Meg Cabot Returns To World Of The "Princess Diaries"

May 20, 2015

Writer Meg Cabot is best known for the Princess Diaries series, made famous by two movies starring Anne Hathaway and Julie Andrews. But she quit writing that series in 2009, when Princess Mia graduated from high school.

Meg Cabot, who majored in art in college, illustrated "From The Notebooks of a Middle School Princess." It's the first time she's illustrated one of her own books.
Credit Meg Cabot / Macmillan Publishing

More recently, Cabot has taken a break of more than a year from publishing altogether — an unusually long period for the writer, who has often published four books a year. Now Cabot, who lives in Key West, is back with two new books in the Princess Diaries series. The first, "From The Notebooks of a Middle School Princess," is for kids. The second, "Royal Wedding," returns to Mia's story as an adult and is intended for adult readers.

Before setting out on a book tour for the two new titles, Cabot sat down with us to tell us about the books, her sabbatical from writing and why she lives in Key West.

After publishing up to four books a year for almost 20 years, Meg Cabot took a sabbatical. She says she went out on the water, lay in her pool and read a lot, including a lot of Florida writers.
Credit Courtesy of Meg Cabot

Read an edited version of our interview below.

You've got two new books coming out. The first, "From The Notebooks of a Middle School Princess," is a return to the world of Genovia. Tell me a little bit about the book.

"Notebooks" is a book that I've been thinking about writing for a while. It's geared toward younger readers. When the "Princess Diaries," the original series, came out, there were two movies made by Disney that were rated G. But the books were actually for teenagers. So a lot of parents went and bought those books for their kids who were maybe 6, 7 years old and suddenly they were finding out about French-kissing and things that maybe they weren't necessarily interested in or prepared to find out about.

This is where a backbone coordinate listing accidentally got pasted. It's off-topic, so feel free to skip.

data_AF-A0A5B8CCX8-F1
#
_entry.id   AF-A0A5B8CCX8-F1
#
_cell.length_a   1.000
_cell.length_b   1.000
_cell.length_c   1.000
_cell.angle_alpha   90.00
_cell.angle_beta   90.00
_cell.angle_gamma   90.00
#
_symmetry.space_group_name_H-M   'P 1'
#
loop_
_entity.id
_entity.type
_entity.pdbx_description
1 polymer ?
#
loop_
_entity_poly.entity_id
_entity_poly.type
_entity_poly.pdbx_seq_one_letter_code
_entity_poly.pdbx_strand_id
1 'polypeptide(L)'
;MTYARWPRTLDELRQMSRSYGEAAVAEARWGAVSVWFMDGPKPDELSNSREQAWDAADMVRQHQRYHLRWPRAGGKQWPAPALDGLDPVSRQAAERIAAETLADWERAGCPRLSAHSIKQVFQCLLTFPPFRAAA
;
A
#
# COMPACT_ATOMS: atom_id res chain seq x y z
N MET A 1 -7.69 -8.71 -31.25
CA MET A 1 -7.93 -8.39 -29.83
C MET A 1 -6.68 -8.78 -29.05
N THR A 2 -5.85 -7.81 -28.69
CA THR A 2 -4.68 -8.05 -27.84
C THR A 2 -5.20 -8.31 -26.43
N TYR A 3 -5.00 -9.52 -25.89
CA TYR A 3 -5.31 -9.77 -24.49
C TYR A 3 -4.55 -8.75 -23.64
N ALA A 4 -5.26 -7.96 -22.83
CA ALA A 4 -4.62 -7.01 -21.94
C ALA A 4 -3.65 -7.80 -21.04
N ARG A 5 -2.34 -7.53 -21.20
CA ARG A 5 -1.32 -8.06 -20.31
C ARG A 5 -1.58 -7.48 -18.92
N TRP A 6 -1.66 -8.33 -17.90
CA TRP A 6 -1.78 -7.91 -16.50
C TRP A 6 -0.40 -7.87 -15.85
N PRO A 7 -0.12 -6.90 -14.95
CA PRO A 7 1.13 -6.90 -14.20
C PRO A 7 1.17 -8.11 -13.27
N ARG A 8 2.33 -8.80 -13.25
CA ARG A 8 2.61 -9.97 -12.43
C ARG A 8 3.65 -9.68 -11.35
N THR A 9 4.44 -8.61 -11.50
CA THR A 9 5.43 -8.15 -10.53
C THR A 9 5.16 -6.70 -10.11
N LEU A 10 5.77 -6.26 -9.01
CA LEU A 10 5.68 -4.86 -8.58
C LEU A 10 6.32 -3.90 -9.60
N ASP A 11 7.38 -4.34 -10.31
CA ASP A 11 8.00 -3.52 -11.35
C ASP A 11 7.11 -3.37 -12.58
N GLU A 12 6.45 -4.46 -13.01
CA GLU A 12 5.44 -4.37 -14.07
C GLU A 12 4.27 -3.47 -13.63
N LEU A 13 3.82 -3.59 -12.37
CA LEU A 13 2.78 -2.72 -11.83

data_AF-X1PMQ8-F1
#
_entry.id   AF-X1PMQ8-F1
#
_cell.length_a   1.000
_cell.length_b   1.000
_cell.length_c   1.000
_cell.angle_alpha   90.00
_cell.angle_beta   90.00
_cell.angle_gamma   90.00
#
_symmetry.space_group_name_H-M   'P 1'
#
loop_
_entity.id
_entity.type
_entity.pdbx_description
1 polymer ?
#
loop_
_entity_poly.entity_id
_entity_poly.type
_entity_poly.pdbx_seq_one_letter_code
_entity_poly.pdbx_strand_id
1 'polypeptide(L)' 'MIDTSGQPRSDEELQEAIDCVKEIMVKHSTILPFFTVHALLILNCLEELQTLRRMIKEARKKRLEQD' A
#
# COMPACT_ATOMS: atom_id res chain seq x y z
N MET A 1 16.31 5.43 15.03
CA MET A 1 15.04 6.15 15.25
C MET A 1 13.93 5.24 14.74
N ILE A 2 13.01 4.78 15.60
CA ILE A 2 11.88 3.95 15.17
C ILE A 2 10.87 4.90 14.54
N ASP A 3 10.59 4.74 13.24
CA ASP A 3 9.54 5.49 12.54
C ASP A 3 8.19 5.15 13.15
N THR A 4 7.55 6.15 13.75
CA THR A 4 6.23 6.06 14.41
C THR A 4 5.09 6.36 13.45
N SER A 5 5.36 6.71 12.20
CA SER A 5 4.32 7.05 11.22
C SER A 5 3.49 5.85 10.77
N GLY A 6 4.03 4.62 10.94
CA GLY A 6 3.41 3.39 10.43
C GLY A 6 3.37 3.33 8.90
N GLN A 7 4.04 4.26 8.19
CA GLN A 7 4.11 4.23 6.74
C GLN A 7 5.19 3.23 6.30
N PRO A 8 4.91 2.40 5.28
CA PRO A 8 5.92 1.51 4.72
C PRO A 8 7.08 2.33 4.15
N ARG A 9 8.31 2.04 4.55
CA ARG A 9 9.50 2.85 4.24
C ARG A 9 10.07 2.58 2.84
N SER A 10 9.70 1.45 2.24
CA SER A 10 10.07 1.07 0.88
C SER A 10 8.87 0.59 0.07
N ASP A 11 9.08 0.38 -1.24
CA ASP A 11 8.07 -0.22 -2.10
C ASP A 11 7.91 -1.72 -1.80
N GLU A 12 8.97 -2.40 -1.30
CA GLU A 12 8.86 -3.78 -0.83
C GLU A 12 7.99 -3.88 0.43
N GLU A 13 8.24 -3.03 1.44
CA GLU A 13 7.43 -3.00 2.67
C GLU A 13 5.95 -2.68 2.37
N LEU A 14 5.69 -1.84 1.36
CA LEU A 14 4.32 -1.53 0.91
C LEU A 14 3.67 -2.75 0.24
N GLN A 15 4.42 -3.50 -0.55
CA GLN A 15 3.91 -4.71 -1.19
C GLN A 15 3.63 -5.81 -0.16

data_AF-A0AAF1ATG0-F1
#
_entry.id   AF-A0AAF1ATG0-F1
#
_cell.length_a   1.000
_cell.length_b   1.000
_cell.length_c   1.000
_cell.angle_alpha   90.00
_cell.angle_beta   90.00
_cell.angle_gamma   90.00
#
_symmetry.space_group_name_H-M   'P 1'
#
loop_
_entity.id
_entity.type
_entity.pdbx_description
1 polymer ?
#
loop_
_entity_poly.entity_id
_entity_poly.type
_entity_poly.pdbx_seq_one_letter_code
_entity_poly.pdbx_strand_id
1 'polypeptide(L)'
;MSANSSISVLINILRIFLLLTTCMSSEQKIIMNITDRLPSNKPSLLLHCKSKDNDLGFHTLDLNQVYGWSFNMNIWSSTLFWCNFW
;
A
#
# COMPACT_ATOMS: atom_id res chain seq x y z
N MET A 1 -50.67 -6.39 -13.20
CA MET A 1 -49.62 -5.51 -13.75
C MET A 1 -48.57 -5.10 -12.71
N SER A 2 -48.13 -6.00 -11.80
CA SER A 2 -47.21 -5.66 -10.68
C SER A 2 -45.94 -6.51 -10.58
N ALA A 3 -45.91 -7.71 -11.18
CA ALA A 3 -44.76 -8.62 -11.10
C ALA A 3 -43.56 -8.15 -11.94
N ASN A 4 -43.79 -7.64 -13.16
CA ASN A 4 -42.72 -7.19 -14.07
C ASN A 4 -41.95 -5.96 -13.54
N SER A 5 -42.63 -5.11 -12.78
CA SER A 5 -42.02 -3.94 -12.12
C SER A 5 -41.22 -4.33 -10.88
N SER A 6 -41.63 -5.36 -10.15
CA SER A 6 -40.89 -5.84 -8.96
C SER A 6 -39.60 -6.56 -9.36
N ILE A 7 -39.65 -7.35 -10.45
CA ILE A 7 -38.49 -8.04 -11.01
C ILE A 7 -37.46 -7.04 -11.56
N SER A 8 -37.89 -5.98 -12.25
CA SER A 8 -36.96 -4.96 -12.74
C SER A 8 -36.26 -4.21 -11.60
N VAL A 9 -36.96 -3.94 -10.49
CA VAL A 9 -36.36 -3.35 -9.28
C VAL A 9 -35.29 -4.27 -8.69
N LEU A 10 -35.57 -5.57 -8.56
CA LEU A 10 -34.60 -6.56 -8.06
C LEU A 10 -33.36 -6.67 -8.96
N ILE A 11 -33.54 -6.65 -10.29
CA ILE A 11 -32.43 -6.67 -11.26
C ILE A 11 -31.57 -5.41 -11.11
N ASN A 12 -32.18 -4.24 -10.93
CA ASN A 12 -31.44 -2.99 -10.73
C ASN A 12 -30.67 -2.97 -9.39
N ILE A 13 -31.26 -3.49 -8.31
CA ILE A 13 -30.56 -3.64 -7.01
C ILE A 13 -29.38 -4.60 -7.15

So I got a lot of mail at that time. I started thinking it would be great to have a book that introduced younger readers to stuff that was maybe a little bit more appropriate for them. So this book, "The Notebooks," is about a girl who's 12. And she is not interested in boys, but she's very excited to find out that she's a long-lost princess of Genovia.

It's been an unusually long period between books for you. How did that happen?

I actually took a sabbatical. I wanted to maybe do the fallow field thing, to let myself have some time off. I had been writing and publishing books steadily since 1998, and I had never had a year when I didn't have at least two or three or four books coming out under various names.

And I got to a point where I realized I could actually retire if I wanted to. So I kind of considered doing that. And I will admit that I just went out on the water here in Key West and I laid in my pool and I read a lot. I read a lot of Florida writers that I'd never read before. John D. MacDonald — I read the entire Travis McGee mystery series. I read a lot of Carl Hiaasen. And I got recharged.

And that was when I got the idea to start writing the new Princess Diaries.

You have another series, the "Abandon" trilogy, which is a retelling of the Persephone myth but set in Key West. Do you find the island to be a particularly fertile setting for fiction?

Of course I do! I think Key West has long been known as a place that attracts writers, and there's something about it. It's the people — the people are amazing, they're super-creative and super-laid-back and open. And I think that is certainly a place that is going to be welcoming to writers. But there is also just the lushness.

When you're out at night and there's not many people around — you get the feeling that anything could happen. It's very romantic and a little bit haunting. The beautiful smell of the night-blooming jasmine, and if you're walking down by the cemetery and you see all the raised tombstones — it's beautiful. And it's very hard not to start writing about it. Even if you're on deadline for a different book that has nothing to do with it. It's very hard not to start writing a new one.